The Zagats Talk Honeymoons

carousel, Pittsburgh Penguins' captain Sidney Crosby raises the Stanley Cup after the Penguins beat the Detroit Red Wings 2-1 to win Game 7 of the NHL hockey Stanley Cup finals in Detroit, Friday, June 12, 2009. (AP Photo/The Canadian Press, Nathan Denette)
AP Photo
Tim and Nina Zagat, creators of Zagat restaurant guides, have not compiled a book of honeymoon destinations yet. But they have picked out a few ideas from their hotel guides, and they share them Tuesday on The Early Show.
Here are their favorite regions for honeymooning:

California wine country
Asia (Maldives or Bali)

Four Seasons on the Big Island:
"Ahhh...perfection" coo sybarites, naming this low-rise resort "paradise found" (No. 1 resort in the U.S.). An "especially attentive staff" greets guests by name-- every time-- and "superb" Island-style Continental fare at Pahu i'a, oversized rooms, small beach, golf that's reserved for guests only and open-air spa all make this "one of the greatest places on earth".
Lodge at Koele:
There's "no place like" this "unusual combination" of a "classic English lodge" and island resort with croquet, lawn bowling, chess and skeet at an "estate" in the "misty" hills-- "so beautiful, you don't need a beach"; "huge room" with fireplaces are "truly special", "service is superb" and the "golf astonishing" with pines and bonsai-like greens; formal dining ("pineapple cider to die for") rounds out accolades for "one of the best spots in the world."

Four Seasons Georges V: It's "elegance on a platter" at this "truly special" top-rated hotel in the city that wows its patrons in recently remodeled "sultan style"; a "spectacular location" between the Champs-Elysees and the Seine, a staff that "leaves no stone unturned", "magnificent rooms", "fabulous" flowers ("I'd go there just to see them" and "memorable dining" at Philippe Legendre's Restaurant Le Cinq have those with a penchant for "luxury incarnate" (and no need "for a second mortgage to pay the bill") singing "superlatives." Less expensive: Bel Ami or Relais St. Germain: Bel Ami: This chic hostelry (opened in early 2000), the third brainchild of the savvy hotelier behind the Montalembert and Lancaster, delivers all you might have come to expect: a fashionable Left Bank address close to designer stores, extremely hip rooms carved out of a converted 1920s printing factory and a clientele described by the management as 'the modern people of this century'.
Relais St. Germain: Fans of this "Left Bank 'pocket' hotel" call it a "charmer" in a "fabulous neighborhood" with "personable" hosts and rooms (some with kitchens) that are "like elegant apartments"; detractors, however, say it's "non-distinct", with "cramped" quarters that can be "noisy" if they face the street and "management that makes Fawlty Towers look like a well-oiled machine."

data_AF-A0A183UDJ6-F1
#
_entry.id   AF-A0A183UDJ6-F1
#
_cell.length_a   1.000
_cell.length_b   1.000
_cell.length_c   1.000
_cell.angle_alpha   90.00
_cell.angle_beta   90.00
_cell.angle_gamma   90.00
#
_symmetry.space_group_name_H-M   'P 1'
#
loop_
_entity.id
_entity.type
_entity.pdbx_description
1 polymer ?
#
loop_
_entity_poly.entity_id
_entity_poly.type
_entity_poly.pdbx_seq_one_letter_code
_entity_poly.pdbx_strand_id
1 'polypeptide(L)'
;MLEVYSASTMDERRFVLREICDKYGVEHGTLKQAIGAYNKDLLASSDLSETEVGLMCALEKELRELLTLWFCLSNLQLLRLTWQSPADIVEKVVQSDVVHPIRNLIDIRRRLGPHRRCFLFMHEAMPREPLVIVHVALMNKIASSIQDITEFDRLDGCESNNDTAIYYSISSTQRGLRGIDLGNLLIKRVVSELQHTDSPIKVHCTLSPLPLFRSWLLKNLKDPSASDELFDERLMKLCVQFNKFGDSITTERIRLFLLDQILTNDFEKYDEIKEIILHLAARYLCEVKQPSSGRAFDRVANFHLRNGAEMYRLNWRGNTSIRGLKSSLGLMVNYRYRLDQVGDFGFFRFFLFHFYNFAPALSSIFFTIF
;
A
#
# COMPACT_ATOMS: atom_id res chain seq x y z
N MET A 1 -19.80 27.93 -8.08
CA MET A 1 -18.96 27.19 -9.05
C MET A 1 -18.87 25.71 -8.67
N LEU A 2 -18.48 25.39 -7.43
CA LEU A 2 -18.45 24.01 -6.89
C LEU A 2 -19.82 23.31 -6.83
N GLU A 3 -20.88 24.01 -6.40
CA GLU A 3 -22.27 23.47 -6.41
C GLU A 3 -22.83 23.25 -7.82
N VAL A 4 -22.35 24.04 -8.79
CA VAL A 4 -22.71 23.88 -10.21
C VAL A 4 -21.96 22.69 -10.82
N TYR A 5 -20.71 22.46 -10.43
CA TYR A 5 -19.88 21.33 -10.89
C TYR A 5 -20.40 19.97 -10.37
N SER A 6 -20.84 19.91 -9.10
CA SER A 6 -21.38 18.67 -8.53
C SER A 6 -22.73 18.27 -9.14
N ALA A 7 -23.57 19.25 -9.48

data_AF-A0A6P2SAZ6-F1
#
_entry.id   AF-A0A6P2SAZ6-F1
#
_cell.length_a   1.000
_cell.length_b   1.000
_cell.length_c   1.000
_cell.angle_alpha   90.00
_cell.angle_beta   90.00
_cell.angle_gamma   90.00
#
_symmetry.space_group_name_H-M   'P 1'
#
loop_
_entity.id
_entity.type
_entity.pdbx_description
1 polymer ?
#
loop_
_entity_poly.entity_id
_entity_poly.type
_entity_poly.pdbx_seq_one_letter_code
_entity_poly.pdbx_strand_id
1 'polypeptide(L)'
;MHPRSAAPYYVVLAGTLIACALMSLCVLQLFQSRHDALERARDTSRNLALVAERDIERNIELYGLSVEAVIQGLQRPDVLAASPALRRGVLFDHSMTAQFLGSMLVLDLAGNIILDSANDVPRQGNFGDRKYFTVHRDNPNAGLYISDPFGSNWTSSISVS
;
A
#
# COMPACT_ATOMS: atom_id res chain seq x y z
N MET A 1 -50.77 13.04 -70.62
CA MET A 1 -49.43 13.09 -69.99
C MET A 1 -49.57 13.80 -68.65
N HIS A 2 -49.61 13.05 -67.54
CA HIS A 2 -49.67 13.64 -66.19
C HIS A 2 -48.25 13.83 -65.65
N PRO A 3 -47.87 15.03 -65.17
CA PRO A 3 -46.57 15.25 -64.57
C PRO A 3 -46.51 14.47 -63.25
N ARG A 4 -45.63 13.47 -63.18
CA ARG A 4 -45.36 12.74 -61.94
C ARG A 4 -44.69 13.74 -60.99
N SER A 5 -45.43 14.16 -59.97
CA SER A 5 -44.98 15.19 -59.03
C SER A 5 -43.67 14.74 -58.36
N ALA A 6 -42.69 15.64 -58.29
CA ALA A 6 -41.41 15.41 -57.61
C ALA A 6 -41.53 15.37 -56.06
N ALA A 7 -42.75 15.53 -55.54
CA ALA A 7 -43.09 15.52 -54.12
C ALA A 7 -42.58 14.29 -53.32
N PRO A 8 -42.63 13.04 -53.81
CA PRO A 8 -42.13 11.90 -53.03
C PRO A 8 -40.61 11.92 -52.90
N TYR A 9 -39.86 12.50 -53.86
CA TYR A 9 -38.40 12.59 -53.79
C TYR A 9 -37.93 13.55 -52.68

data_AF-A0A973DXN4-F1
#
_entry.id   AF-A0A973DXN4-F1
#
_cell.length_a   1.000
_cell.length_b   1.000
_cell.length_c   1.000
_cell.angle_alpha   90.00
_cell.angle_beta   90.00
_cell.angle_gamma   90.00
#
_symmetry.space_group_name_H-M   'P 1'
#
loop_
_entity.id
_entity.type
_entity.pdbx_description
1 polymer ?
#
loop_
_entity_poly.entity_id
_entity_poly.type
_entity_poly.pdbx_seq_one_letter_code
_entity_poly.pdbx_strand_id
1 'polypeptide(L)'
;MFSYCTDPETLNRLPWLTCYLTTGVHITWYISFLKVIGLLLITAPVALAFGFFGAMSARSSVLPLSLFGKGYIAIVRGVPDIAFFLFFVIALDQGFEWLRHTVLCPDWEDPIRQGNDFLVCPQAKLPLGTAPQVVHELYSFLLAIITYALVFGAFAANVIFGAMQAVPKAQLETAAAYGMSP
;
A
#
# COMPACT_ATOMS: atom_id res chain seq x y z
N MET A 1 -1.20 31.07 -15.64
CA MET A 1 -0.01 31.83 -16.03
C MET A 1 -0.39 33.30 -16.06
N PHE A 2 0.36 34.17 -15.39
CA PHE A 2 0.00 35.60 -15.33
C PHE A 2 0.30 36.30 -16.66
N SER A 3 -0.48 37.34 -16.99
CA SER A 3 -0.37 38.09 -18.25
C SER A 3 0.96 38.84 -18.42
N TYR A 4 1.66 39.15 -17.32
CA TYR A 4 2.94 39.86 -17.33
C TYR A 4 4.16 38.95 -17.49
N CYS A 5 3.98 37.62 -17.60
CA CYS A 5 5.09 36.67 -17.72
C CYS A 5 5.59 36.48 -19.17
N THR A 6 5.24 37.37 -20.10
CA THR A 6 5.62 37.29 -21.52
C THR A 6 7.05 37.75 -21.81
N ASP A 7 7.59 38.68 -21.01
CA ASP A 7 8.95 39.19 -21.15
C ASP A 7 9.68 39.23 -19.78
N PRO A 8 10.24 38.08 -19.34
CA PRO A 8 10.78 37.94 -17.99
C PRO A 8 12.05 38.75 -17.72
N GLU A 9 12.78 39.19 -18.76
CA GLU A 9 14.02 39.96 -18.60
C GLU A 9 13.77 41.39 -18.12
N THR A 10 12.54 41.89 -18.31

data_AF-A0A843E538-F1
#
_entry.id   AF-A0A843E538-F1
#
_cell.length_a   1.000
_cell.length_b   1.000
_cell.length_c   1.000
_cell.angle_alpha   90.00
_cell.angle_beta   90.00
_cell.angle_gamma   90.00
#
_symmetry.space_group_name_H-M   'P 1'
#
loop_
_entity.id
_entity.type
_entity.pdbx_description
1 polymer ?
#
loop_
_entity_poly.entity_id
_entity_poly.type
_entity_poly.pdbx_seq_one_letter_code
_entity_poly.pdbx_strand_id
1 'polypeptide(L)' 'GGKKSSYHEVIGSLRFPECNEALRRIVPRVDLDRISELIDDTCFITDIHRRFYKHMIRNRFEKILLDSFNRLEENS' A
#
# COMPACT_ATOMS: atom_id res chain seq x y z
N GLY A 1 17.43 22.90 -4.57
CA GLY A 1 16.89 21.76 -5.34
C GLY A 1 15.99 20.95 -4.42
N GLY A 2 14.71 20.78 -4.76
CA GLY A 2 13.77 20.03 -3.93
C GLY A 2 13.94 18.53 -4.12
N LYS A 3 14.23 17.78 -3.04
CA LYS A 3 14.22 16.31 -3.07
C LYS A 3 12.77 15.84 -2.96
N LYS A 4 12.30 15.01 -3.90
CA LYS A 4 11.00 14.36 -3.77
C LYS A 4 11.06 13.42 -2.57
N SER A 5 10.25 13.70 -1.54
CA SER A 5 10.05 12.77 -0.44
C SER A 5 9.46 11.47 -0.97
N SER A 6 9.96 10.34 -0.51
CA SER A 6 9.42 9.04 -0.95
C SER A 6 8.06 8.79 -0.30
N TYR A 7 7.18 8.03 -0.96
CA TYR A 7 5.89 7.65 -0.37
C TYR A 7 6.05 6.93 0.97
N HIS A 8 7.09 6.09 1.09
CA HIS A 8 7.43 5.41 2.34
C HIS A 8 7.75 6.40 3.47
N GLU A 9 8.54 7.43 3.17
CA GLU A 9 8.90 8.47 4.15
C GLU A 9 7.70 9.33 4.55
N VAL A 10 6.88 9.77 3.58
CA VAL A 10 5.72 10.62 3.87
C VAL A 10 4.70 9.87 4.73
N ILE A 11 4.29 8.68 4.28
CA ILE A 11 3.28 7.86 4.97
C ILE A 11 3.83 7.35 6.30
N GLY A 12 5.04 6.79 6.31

Twin Farms:
Rated the top small hotel in the nation, and with the No. 1 ranking for rooms as well, this "glorious" inn is where those with deep pockets "go to be coddled" in the "height of luxury"; guests swoon over "beautiful cottages in private woods" and rooms at the Main House (which has one of "the best contemporary art collections of any hotel in America"), as well as "fabulous" dinners made from estate-grown produce and served by an "exceptional staff"; those "who can afford" this "enchanting" spot near Woodstock insist it "should be experienced at least once in a lifetime"; N.B. adults only.

Less expensive: Shelbourne Farms "The 19th century rules" at this "elegant" mansion resort aside Lake Champlain; a staff that "makes you feel like a Vanderbilt" compensates for rooms so "old-fashioned" they're devoid of heat *this working dairy farm is open only from May-October), and everything else achieves "absolute perfection" -- including "excellent" dining and "quiet time" to nourish "body and spirit."

Auberge du Soleil

Parrot Cay in the Turks & Caicos Islands

Maldives: Four Seasons Maldives (can also visit Jaipur or Lake Palace in India on this trip)
Bali: (high end) Four Seasons Jimbaran Bay Amandari
(less expensive) Chedi, Grand Hyatt or 2 Sheratons

La Mamounia in Marrakech:
Reputedly, "Churchill loved" this art deco and Moorish-style hotel (circa 1922), which has always attracted the "movie set", as an "oasis" in a "beautiful city", and so do our surveyors, who praise its "luxurious public spaces", gardens with mountain views, five restaurants and a "pampering" staff that attends to details like "putting rose petals in the fountains"; "over-the-top indulgence" extends to "lunch at the pool" and the beauty and hair-care institute that seems to appeal to the celebrity clientele.
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